North America, Travel

Planning a Trip To Florida for You and Your Furry Friend

Planning a Trip To Florida for You and Your Furry Friend
Plan - Planning a Trip To Florida for You and Your Furry Friend

If you are a devoted pet owner, the hardest part about traveling is probably the prospect of leaving behind your furry companion. Along with booking and packing, you will have to find a trusted family member or friend to watch your pet while you’re away, and in some cases, you may even need to find a reliable pet sitting service.

 
So the next time you want to take a trip to Florida or any other sun-filled spot, why not take your four- legged family member along for the ride.

 
As long as you do your research and plan accordingly, you can bring along your pet and cross one more worry off of your list.

A healthy pet is a happy pet

When traveling with an animal, to Florida, or anywhere else for that matter, the primary focus is the health of your pet. Your pet must be healthy in order for you to get it onto a plane and across the American border.

If your pet looks in anyway unhealthy or dangerous, there is a chance that the officials will deny you entry or make you pay for an on-the-spot veterinary examination.

So be before you head for the airport, make sure your pet is clean, groomed and healthy.

And to make things go as smooth as possible, bring a health certificate from your vet, complete with records of all shots received, with you to the airport. For dogs and cats over twelve weeks, you must have a signed certificate from your vet claiming that your pet is healthy and has been vaccinated for rabies.

If your animal is under three months (too young for rabies shots) they can still be admitted provided that you complete a confinement agreement that states that you are to keep your animal confined until it is old enough to be vaccinated.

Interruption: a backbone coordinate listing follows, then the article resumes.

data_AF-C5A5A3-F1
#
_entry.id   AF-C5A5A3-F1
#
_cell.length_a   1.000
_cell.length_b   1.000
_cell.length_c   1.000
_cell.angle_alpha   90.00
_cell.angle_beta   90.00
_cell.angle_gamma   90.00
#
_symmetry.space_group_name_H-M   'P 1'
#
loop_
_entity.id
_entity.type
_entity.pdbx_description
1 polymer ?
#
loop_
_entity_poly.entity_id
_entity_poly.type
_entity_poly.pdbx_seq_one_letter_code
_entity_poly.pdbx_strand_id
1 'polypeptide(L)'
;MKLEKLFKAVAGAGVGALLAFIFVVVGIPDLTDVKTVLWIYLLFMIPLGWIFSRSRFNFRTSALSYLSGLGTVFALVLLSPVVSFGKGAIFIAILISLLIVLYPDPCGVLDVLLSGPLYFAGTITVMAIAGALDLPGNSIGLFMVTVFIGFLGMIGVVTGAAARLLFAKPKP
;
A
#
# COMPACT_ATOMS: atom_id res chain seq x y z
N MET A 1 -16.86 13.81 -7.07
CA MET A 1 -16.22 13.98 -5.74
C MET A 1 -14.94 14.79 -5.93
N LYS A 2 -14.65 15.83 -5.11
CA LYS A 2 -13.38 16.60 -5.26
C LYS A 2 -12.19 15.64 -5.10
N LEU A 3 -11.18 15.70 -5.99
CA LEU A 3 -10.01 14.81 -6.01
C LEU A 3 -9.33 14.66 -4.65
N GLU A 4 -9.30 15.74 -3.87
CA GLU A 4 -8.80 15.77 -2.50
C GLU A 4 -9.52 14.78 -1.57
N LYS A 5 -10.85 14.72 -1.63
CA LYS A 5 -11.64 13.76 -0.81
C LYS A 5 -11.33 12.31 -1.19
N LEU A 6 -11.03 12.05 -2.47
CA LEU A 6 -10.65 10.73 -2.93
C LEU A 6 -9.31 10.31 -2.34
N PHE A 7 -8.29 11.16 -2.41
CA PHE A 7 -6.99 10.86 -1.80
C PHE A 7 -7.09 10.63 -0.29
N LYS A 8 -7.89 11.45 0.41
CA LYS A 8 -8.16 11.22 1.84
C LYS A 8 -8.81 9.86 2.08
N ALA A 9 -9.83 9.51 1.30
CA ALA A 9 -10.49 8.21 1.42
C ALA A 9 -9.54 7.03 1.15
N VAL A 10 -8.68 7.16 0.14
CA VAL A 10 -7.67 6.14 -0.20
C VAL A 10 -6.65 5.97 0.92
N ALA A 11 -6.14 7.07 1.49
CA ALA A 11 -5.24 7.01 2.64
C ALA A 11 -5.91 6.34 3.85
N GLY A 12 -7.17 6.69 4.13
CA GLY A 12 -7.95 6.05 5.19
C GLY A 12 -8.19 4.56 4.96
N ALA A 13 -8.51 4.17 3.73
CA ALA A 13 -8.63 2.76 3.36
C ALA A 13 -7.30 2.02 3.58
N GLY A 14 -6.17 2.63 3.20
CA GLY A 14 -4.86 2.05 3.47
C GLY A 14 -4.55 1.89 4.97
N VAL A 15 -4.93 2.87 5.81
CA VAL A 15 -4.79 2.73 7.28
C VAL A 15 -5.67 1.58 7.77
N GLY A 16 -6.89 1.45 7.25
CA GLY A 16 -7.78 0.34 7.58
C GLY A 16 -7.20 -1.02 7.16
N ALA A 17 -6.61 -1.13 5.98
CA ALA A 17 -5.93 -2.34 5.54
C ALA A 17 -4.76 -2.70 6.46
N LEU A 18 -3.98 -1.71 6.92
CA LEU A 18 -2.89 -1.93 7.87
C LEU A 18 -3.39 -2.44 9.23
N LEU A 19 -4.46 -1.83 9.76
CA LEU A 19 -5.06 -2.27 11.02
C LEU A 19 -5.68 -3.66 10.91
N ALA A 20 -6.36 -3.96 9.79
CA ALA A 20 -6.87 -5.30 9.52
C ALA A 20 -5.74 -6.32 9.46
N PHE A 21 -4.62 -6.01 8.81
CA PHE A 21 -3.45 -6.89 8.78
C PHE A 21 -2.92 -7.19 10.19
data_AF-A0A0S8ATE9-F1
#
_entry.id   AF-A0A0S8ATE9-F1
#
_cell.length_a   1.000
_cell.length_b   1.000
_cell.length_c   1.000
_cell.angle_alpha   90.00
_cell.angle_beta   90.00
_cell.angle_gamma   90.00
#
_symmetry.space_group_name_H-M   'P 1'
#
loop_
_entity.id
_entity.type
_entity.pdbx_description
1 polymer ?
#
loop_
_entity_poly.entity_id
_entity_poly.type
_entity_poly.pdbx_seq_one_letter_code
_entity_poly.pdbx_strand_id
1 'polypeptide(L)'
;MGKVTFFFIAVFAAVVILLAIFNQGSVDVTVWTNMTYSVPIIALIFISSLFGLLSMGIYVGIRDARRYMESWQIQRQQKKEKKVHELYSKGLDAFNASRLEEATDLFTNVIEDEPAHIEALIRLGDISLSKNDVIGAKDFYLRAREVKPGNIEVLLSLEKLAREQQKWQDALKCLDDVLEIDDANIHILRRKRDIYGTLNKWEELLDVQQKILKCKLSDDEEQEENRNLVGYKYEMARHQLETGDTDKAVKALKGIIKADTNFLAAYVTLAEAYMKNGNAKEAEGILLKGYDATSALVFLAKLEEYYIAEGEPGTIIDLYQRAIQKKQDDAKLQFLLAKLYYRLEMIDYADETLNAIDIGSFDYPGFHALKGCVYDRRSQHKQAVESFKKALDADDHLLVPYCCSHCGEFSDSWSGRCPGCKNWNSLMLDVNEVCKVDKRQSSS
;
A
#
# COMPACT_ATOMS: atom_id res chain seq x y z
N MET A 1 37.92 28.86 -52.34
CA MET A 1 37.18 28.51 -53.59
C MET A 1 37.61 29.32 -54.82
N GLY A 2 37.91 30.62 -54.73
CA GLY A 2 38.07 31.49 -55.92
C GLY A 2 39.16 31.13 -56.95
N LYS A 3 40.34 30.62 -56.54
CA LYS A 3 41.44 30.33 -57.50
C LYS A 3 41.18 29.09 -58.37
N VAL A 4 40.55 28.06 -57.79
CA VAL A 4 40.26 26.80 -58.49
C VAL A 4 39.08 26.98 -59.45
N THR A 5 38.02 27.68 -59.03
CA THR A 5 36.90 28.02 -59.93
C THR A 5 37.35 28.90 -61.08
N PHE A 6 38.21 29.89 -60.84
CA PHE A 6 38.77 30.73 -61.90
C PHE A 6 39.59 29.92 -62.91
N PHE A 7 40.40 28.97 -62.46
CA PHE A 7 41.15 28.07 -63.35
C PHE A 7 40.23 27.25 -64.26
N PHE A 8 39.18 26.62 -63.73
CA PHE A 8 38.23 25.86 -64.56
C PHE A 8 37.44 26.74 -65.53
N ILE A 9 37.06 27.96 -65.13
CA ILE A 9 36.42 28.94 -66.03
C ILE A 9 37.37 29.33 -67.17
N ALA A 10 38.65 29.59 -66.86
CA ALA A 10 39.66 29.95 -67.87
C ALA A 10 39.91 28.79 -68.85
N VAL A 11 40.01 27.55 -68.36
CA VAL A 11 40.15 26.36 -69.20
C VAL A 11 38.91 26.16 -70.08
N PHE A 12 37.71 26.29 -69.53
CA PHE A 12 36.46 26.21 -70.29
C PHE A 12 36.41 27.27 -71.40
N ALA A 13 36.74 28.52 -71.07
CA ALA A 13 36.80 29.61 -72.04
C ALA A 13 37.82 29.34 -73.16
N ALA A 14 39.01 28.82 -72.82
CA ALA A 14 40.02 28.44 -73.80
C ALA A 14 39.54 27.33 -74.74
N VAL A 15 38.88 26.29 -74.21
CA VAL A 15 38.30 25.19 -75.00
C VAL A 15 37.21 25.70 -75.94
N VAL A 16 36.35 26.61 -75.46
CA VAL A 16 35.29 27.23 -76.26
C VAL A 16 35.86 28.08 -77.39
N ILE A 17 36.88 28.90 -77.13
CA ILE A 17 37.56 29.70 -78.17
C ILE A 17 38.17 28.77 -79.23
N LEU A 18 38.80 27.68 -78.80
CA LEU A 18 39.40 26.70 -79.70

But of course, rules always change, so be sure to call Boarder Information Services to double check all that you need before you head out the door.

Don’t forget ID

Before you fly, make sure your pet has adequate identification, just in case the worst happens and your pet gets misplaced. Microchips are the best option, but at the very least have an ID tag with your up-to-date contact information clearly printed on it.

Can my pet come in the passenger cabin?

Call ahead and double check, but many airlines will allow you to bring small pets on board if they are kept in a carry-on bag. But like with any carry-on bag, it must be small enough to fit under the seat during take-off and landing.

 
Bringing pet food on board can be difficult, but if you must, the food must be un-opened, in its original packaging and it’s best if the food clearly states ‘made in the US.’ Of course, if your pet can wait, opt to purchase food once you’ve landed.

 
Large dogs will have to be crated and shipped as cargo, which can be a little stressful in its own right. Make sure your kennel has a secure door, don’t give your pet solid food six hours prior to the flight, and try taking them for a good long walk pre-flight to get them relaxed.

 
Also, to lessen the stress for you and your pooch, book a non-stop flight to make the trip as quick as possible.

Last stop, Florida

If Florida is your final destination, your will find Miami International Airport to be very accommodating.

In fact, there are even designated “doggy parks” situated throughout the airport where your pup can do its business after a long flight.

Find a pet-friendly hotel

Once you’ve picked up your pet, it’s time to check in, and there are a good number of pet-friendly hotels and vacation rentals available in Miami and Orlando. So do your research, browse websites like Trivago or Expedia well before hand and seek out a spot that will be perfect for you and your pet.

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Valerie Desmet
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Valerie Desmet

It would be so much fun to travel with my dogs! But they are too heavy to stay in the passenger cabin!! And not all hotels are willing to accommodate large dogs! Love xx